Kids these days.
That’s pretty much what Chuck Wendig’s Shotgun Gravy is all about. Kids these days can be crude, mean, unforgiving and downright sadistic. Bullying is every bit as bad as it’s ever been, and there comes a time when a kid needs to do more than watch videos of people saying “It gets better.” Atlanta Burns, for instance, wants to make things better right the hell now.
To say Atlanta is an atypical young adult heroine would be an understatement. She’s a scrapper, to be sure, but she’s a practical and frighteningly smart one. She’s utterly intolerant of the intolerant around her, and being that she’s growing up in the middle of Pennsylvania where bigotry and prejudice and small-mindedness are rampant, she’s got plenty of intolerance to deal with. She’s also withdrawn and sullen, that girl with issues nobody really wants to talk to. In other words, she’s deep, compelling, and absolutely fantastic.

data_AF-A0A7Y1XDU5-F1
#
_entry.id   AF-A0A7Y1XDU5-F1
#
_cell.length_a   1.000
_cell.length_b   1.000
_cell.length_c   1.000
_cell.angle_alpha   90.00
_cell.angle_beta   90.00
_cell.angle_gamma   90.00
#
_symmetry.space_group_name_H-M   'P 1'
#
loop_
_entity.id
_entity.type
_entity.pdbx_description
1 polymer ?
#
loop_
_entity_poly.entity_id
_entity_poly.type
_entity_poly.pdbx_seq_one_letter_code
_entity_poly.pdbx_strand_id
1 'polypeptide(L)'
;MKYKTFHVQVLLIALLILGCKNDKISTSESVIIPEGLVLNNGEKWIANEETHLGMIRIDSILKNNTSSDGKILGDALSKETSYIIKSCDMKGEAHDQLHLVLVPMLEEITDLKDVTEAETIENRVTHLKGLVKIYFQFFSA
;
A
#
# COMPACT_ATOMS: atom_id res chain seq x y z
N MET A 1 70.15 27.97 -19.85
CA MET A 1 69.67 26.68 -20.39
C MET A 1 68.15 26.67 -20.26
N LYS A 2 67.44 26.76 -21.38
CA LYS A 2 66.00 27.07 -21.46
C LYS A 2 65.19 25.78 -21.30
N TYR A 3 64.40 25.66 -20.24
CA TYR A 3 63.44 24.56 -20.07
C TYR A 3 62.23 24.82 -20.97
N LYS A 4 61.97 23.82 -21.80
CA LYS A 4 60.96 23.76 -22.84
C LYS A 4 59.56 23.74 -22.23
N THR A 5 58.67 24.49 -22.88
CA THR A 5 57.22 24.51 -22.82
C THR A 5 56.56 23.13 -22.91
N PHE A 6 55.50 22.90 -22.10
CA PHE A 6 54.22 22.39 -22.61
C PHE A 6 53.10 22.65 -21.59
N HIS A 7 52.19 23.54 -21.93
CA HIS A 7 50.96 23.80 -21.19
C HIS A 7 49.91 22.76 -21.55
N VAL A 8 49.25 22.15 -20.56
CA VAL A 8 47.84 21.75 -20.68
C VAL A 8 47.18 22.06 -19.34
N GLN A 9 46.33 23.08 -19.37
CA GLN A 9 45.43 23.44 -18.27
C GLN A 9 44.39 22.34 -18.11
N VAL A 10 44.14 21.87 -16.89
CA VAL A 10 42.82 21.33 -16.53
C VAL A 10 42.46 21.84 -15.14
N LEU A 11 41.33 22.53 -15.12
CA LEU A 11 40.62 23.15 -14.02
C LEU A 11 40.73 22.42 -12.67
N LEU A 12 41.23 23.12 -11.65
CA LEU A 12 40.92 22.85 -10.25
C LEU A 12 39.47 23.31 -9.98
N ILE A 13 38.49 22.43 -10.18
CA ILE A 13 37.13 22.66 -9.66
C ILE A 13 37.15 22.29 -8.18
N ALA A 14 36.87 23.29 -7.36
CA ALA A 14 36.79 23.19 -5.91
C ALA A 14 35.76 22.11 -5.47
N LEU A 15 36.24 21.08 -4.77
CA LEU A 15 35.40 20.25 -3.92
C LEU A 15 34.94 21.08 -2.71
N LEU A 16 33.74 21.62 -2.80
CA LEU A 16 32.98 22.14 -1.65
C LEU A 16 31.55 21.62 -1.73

Shotgun Gravy screws your courage to the sticking-place for you. It really doesn’t give you any other options. It’s a tense read, crackling with nervous energy and dread anticipation of what will happen next. As much as we might like seeing Atlanta fight back, the more she does, the more unpleasantness she uncovers. While the story is self-contained and satisfying, we know this isn’t the end. This is just the beginning.
Kids don’t always want to talk about things that happen to them or that they see happen over the course of a day. Plenty of events in a typical schoolyard can shock or frighten a kid into silence. When parents are ignorant and teachers do nothing, it falls to the kids to take matters in their own hands, policing their own as it were. This among other things is what you’ll see happening in Shotgun Gravy, and I highly recommend it, for teenagers and adults alike.